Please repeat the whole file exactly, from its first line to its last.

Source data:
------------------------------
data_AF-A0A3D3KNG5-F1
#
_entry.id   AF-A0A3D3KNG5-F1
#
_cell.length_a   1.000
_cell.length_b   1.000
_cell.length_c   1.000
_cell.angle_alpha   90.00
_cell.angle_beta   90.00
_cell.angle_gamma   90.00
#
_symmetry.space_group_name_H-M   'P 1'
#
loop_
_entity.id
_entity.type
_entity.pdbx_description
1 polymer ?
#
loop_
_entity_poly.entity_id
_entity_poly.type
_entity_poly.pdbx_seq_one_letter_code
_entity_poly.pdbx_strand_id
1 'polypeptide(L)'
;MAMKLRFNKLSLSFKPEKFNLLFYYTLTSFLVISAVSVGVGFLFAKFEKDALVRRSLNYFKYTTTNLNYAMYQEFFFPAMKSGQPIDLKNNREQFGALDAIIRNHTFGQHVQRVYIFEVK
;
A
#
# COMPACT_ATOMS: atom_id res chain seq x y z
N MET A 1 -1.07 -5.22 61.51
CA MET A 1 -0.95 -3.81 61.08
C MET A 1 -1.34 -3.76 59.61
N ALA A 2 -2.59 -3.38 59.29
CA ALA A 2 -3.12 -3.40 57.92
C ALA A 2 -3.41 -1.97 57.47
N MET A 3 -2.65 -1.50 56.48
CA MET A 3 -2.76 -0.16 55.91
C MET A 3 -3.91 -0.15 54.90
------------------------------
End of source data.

data_AF-A0A3D3KNG5-F1
#
_entry.id   AF-A0A3D3KNG5-F1
#
_cell.length_a   1.000
_cell.length_b   1.000
_cell.length_c   1.000
_cell.angle_alpha   90.00
_cell.angle_beta   90.00
_cell.angle_gamma   90.00
#
_symmetry.space_group_name_H-M   'P 1'
#
loop_
_entity.id
_entity.type
_entity.pdbx_description
1 polymer ?
#
loop_
_entity_poly.entity_id
_entity_poly.type
_entity_poly.pdbx_seq_one_letter_code
_entity_poly.pdbx_strand_id
1 'polypeptide(L)'
;MAMKLRFNKLSLSFKPEKFNLLFYYTLTSFLVISAVSVGVGFLFAKFEKDALVRRSLNYFKYTTTNLNYAMYQEFFFPAMKSGQPIDLKNNREQFGALDAIIRNHTFGQHVQRVYIFEVK
;
A
#
# COMPACT_ATOMS: atom_id res chain seq x y z
N MET A 1 -1.07 -5.22 61.51
CA MET A 1 -0.95 -3.81 61.08
C MET A 1 -1.34 -3.76 59.61
N ALA A 2 -2.59 -3.38 59.29
CA ALA A 2 -3.12 -3.40 57.92
C ALA A 2 -3.41 -1.97 57.47
N MET A 3 -2.65 -1.50 56.48
CA MET A 3 -2.76 -0.16 55.91
C MET A 3 -3.91 -0.15 54.90